Making Silicon Valley: Innovation and the Growth of High Tech, 1930-1970by Christophe L?cuyer
Pub. Date: 09/30/2007
Publisher: MIT Press
I n Making Silicon Valley, Christophe Lécuyer shows that the explosive growth of the personal computer industry in Silicon Valley was the culmination of decades of growth and innovation in the San Francisco-area electronics industry. Using the tools of science and technology studies, he explores the formation of Silicon Valley as an industrial/i>… See more details below
I n Making Silicon Valley, Christophe Lécuyer shows that the explosive growth of the personal computer industry in Silicon Valley was the culmination of decades of growth and innovation in the San Francisco-area electronics industry. Using the tools of science and technology studies, he explores the formation of Silicon Valley as an industrial district, from its beginnings as the home of a few radio enterprises that operated in the shadow of RCA and other
East Coast firms through its establishment as a center of the electronics industry and a leading producer of power grid tubes, microwave tubes, and semiconductors. He traces the emergence of the innovative practices that made this growth possible by following key groups of engineers and entrepreneurs. He examines the forces outside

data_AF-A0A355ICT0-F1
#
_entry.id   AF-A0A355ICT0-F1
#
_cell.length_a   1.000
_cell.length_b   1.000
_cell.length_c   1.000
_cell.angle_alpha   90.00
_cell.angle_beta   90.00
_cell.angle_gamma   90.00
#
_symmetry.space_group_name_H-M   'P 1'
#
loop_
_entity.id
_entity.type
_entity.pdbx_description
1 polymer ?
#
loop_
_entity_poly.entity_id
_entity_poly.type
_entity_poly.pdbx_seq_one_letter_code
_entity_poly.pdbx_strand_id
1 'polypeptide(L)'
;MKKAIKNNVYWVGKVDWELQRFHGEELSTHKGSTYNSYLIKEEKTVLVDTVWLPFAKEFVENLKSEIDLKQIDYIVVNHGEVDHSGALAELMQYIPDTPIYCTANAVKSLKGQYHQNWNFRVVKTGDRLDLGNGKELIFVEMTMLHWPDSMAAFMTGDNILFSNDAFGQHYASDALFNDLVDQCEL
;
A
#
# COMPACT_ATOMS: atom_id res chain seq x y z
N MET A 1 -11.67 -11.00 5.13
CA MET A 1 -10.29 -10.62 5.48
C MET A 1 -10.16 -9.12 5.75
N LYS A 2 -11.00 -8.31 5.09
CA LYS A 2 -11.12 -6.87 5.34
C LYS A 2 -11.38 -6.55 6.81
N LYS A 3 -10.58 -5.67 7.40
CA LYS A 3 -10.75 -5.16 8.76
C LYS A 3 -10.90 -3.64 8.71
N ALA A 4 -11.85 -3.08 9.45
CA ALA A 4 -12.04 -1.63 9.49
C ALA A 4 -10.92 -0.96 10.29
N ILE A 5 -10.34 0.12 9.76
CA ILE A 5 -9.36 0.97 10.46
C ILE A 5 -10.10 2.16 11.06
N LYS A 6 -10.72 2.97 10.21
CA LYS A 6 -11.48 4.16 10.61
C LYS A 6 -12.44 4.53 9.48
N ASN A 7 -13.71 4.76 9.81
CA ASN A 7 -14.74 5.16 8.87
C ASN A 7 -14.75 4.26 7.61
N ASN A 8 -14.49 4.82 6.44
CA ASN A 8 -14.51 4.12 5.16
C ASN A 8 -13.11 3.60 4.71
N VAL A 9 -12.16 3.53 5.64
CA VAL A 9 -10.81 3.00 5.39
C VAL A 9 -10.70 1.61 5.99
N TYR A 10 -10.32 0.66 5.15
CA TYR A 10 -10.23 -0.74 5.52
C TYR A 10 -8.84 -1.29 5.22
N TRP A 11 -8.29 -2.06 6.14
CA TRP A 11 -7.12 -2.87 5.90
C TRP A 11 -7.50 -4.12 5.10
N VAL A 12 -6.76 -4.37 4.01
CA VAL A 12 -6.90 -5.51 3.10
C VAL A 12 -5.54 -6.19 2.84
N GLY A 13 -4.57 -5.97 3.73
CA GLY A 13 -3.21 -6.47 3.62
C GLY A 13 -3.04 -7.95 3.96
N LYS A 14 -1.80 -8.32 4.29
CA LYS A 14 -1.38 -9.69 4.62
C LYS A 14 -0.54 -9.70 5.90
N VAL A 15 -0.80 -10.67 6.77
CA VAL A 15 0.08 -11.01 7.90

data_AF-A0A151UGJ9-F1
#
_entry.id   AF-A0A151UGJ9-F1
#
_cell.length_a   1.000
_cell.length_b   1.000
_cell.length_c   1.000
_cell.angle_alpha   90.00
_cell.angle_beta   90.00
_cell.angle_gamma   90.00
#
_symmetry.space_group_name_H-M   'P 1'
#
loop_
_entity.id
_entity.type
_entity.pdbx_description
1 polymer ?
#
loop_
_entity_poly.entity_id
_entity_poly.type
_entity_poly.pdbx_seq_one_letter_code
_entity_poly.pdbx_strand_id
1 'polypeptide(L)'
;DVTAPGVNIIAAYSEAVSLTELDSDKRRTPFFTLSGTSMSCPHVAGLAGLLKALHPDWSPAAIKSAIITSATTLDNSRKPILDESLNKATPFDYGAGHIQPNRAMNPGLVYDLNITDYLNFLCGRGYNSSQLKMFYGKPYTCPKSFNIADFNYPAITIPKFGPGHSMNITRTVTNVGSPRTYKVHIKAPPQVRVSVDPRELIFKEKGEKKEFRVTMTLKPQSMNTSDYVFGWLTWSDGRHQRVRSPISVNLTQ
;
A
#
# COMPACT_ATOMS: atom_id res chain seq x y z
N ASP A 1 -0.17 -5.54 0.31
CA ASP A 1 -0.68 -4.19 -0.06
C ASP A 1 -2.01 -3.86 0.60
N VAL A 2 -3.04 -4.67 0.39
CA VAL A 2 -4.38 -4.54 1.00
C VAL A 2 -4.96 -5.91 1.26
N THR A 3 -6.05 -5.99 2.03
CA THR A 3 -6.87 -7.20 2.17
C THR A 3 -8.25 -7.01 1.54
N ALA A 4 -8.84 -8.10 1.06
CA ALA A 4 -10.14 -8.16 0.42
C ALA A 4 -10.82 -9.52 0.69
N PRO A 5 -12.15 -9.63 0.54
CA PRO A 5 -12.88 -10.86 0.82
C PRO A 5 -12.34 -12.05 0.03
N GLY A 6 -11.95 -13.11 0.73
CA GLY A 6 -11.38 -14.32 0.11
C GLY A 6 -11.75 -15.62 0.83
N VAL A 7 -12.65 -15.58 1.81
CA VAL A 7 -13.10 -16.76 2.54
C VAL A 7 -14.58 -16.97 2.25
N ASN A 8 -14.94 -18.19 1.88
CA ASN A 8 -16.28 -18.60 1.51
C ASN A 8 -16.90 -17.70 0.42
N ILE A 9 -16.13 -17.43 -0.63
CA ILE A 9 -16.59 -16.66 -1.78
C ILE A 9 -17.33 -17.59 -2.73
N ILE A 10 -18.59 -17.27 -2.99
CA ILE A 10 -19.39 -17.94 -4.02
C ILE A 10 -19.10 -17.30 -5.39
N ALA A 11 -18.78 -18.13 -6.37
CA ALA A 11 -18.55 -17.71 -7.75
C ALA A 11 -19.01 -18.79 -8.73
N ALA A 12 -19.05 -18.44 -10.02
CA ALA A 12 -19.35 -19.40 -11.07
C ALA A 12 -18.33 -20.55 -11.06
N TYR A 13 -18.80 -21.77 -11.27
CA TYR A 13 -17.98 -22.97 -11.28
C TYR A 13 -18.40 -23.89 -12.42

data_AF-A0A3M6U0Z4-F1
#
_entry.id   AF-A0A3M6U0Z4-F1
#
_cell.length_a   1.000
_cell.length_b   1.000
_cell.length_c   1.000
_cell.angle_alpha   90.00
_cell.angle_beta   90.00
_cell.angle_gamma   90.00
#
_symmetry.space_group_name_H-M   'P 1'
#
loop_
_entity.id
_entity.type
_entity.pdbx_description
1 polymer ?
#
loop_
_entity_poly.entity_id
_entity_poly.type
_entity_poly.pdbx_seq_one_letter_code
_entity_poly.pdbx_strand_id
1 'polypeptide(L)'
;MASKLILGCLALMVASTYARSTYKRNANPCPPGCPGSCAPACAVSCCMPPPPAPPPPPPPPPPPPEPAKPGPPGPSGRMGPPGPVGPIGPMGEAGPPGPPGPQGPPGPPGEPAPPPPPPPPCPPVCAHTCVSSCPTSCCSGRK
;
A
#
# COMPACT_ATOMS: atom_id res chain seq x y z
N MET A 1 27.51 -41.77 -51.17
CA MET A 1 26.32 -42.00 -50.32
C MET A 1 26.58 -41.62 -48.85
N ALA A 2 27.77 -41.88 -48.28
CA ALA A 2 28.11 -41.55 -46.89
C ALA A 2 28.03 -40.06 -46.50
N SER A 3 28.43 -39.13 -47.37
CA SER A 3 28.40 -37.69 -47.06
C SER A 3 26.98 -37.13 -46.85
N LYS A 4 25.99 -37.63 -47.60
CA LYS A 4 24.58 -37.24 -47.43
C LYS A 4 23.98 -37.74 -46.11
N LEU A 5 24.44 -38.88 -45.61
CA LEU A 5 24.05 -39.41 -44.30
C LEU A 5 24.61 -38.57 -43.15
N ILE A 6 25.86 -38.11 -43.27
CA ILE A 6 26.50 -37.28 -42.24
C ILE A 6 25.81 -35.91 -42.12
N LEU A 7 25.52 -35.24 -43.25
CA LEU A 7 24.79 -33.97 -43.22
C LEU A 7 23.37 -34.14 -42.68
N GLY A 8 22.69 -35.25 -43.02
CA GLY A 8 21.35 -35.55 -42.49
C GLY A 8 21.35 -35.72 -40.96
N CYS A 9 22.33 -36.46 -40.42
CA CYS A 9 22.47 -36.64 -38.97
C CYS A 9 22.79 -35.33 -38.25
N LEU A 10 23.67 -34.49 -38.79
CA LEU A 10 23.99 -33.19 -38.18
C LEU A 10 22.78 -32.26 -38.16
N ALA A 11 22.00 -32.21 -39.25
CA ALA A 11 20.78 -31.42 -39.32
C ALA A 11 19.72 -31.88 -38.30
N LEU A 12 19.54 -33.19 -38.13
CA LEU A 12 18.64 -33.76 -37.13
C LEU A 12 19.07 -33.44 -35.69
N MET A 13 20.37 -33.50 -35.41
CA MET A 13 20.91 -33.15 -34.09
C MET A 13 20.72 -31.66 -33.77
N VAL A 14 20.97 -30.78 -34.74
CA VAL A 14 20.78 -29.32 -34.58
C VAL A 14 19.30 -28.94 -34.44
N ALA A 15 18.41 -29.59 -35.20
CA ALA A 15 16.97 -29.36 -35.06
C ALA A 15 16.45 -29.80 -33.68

Silicon Valley that shaped the industry -- in particular the effect of military patronage and procurement on the growth of the industry and on the development of technologies -- and considers the influence of Stanford University and other local institutions of higher learning.
Lécuyer argues that Silicon
Valley's emergence and its growth were made possible by the development of unique competencies in manufacturing, in product engineering, and in management.
Entrepreneurs learned to integrate invention, design, manufacturing, and sales logistics, and they developed incentives to attract and retain a skilled and motivated workforce. The largest Silicon Valley firms -- including Eitel-McCullough
(Eimac), Litton Industries, Varian Associates, Fairchild Semiconductor, and Intel --
dominated the American markets for advanced tubes and semiconductors and, because of their innovations in manufacturing, design, and management, served as models and incubators for other electronics ventures in the area.
The MIT Press
Table of Contents
|4||Revolution in silicon||129|
|5||Opening up new markets||169|
|7||Valley of silicon||253|
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In the mid-1970s, Steve Jobs and Steve Wozniak, founders of a Silicon Valley startup named Apple, asked Intel retiree Mike Markkula to invest in their firm. Sensing that it could become a winner, he gave them $92,000 and, in 1977, went to work for the company. Three years later, Apple went public and Markkula made millions. Time and again over the decades, this amazing story has repeated itself on the San Francisco Peninsula now known as Silicon Valley. getAbstract finds that historian Christophe Lécuyer does a capable, intriguing, intricately researched job of taking readers behind the scenes to learn how Silicon Valley first developed, what makes it tick and what its high-tech mastery has accomplished. While some of the technical terms may require a learning curve, this is the place to learn about the center of technology in the U.S. before it came to create and dominate the high-tech industry.